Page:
Tuesday, May 29, 2012

Business Interruption Insurance

Business Interruption Insurance (also known as business income coverage) is a policy that may be purchased where in the event of a catastrophe, such as a fire, tornado, explosion, or other disastrous event causes your place of business to be temporarily unusable, forces you to relocate, or close down your business for a period, the policy would pay for:

1.Profits that you would have earned had you property not been damaged. This would normally be calculated based upon your past financial records of earnings.
2.Operating expenses that will still occur at the location. For example you could still have taxes, insurances, security and other expenses at the site even though you are not able to use the site.

They will normally not include labor or management costs as those costs are usually covered by unemployment benefits. Business interruption insurance may include as a separate item “extra expenses”. Extra expenses would be additional expenses that you incur that help decrease the cost of the business interruption. For example extra expense insurance could cover incremental expenses required to operate out of a temporary location if that would decrease the cost of the business interruption.

While this is not an insurance that you would require the to Supplier maintain under a contract, it’s an important concept for negotiators to understand especially when negotiating force majeure provisions.

For example: Assume that you had a contract to purchase 100,000 units of a product over a year and the supplier had a disaster such as a fire after only delivering 10,000 units. It was the only location where they produced the item. They cannot produce it in another location as the capital equipment required to produce it was destroyed in the fire. It will take them a year to recover. In a normal force majeure clause the party that suffered the force majeure event is excused from performance during the period of the force majeure. The party that did not suffer the force majeure is not excused. This means that a year from now the buyer would still have the obligation to purchase the remaining 90,000 units. You may not want that obligation and as part of the negotiation of the force majeure clause you include language that if there is a force majeure and the supplier is unable to recover within one hundred and twenty (120) calendar days, you have no obligation to purchase the remaining volume.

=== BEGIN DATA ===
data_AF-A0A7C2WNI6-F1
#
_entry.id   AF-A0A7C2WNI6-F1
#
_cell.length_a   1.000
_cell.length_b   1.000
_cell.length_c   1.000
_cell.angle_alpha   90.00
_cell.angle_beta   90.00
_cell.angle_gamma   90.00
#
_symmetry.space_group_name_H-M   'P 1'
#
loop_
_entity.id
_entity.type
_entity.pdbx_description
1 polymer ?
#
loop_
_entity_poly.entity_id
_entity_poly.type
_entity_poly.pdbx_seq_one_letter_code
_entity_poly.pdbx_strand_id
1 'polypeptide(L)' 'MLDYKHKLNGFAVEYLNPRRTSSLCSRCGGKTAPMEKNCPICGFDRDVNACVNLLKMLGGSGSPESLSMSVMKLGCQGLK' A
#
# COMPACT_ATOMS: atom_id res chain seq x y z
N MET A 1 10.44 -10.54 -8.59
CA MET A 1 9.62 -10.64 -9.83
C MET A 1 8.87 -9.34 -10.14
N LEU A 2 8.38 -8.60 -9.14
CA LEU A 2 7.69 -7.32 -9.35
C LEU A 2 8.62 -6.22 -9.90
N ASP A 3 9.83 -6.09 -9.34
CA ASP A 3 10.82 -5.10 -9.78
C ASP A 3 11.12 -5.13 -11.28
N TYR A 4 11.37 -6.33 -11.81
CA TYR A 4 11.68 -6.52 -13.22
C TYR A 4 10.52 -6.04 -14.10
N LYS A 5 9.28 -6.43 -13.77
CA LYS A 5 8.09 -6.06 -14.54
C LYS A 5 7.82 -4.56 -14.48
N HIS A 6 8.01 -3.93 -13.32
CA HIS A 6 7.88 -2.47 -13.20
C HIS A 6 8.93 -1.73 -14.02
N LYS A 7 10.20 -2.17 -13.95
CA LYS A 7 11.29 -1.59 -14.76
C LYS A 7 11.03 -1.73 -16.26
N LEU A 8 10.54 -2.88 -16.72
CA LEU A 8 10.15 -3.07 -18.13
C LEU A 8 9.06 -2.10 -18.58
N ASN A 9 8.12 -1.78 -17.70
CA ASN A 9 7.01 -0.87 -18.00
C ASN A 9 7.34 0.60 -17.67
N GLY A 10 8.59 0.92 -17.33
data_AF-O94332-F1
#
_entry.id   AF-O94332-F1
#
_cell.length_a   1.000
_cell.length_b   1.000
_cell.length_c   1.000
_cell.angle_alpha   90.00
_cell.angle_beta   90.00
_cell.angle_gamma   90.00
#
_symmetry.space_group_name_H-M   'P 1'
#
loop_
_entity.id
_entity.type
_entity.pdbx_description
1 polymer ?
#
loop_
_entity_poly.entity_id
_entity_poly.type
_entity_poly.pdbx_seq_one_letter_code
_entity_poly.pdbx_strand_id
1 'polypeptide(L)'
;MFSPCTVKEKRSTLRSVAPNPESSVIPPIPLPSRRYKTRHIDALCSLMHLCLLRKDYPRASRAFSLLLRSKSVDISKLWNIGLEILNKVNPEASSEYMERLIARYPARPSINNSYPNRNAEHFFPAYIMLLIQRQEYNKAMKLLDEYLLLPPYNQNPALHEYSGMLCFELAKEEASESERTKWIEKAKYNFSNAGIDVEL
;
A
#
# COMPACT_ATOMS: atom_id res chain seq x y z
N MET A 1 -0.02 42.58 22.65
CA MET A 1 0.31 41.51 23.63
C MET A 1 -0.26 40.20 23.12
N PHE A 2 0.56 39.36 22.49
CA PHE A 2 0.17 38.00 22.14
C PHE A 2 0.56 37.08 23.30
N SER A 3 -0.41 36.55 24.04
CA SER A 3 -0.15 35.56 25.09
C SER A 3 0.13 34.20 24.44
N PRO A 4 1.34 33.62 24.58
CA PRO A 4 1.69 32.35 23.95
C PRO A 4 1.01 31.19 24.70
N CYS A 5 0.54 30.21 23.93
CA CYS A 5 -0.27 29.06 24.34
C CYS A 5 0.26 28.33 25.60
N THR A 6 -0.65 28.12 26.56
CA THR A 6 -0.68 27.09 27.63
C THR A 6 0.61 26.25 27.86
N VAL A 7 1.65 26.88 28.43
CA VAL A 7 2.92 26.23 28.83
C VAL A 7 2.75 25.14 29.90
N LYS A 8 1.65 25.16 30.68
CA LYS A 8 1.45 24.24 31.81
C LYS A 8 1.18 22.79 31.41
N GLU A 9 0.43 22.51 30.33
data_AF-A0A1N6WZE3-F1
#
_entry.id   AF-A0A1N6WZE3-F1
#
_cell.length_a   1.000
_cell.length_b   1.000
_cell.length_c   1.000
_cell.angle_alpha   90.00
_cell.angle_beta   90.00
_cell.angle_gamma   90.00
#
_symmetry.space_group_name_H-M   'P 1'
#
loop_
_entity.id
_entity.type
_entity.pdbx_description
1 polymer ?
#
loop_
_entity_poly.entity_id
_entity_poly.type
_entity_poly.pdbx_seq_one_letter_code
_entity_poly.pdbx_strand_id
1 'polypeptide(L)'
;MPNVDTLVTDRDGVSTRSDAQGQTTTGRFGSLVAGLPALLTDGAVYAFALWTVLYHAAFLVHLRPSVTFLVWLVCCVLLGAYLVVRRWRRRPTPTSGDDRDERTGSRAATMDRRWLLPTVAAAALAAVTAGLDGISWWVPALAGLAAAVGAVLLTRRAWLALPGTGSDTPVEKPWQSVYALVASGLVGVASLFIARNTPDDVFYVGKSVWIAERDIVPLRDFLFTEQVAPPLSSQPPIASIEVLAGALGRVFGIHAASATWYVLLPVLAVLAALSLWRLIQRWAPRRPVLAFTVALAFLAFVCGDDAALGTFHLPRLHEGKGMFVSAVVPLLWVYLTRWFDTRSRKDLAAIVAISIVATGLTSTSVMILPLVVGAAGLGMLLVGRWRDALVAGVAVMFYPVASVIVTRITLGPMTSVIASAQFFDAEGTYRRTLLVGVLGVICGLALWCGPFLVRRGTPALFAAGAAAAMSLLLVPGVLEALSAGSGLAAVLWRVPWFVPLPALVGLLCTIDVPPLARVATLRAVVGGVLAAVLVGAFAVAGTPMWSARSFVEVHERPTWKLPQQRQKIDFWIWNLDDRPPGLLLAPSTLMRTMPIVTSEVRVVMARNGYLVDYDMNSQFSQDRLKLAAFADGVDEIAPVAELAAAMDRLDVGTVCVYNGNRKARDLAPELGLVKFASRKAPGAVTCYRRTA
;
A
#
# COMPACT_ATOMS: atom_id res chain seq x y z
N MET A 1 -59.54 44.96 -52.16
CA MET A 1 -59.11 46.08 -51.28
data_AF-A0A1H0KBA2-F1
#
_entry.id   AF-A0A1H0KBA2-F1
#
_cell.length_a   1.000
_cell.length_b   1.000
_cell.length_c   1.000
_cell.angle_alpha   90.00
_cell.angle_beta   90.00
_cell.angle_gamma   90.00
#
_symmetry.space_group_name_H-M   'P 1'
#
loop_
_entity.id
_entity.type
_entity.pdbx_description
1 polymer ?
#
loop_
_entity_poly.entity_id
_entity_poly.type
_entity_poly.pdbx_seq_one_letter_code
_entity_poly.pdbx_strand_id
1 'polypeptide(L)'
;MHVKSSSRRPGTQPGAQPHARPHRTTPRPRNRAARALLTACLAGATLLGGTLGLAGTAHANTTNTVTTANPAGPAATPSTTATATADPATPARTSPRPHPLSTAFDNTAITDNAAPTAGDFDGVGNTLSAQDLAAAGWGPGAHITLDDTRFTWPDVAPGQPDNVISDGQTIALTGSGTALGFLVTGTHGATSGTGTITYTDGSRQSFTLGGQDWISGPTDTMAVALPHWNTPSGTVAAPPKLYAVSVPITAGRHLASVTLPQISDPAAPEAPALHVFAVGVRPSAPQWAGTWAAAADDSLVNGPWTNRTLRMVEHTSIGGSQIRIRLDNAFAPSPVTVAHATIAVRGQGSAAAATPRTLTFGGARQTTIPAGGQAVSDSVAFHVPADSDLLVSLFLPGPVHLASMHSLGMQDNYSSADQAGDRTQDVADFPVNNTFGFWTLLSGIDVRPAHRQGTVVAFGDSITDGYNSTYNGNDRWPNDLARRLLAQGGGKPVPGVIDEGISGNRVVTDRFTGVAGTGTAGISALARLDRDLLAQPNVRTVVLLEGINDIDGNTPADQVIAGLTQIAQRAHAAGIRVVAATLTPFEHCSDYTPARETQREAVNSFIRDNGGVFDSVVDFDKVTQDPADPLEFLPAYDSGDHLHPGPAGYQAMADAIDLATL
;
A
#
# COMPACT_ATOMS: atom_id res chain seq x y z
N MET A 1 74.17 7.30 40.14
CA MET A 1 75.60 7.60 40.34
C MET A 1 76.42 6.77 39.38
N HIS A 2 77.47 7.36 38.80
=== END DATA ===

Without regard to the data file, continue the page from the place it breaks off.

The Supplier seeing the potential loss of revenue and profit is opposed to agreeing to this. You then ask the supplier whether they have business interruption insurance. If they do, it becomes a simpler argument. If the insurance is already paying them for the lost profit they didn’t make for not performing, and insurance is paying them for the losses they sustained to the equipment or materials on hand that were damaged, haven’t they already been compensated? They have been made whole.

Forcing you to purchase it a year from now may:
1. Be selling you a product that you no longer need.
2. Be requiring you to shut off an alternative source of supply that helped you and that you had to invest in to not be impacted by their force majeure
3.Be selling you something that is no longer state of the art.

Any investments they made to produce the product for you will either have been paid for out of the insurance proceeds for the lost equipment or would have been paid for out of the profit they were paid by the business interruption insurance. I would then remind them that force majeure is about providing excusable delays when there are disasters. They are not there to guarantee future revenue and profits.

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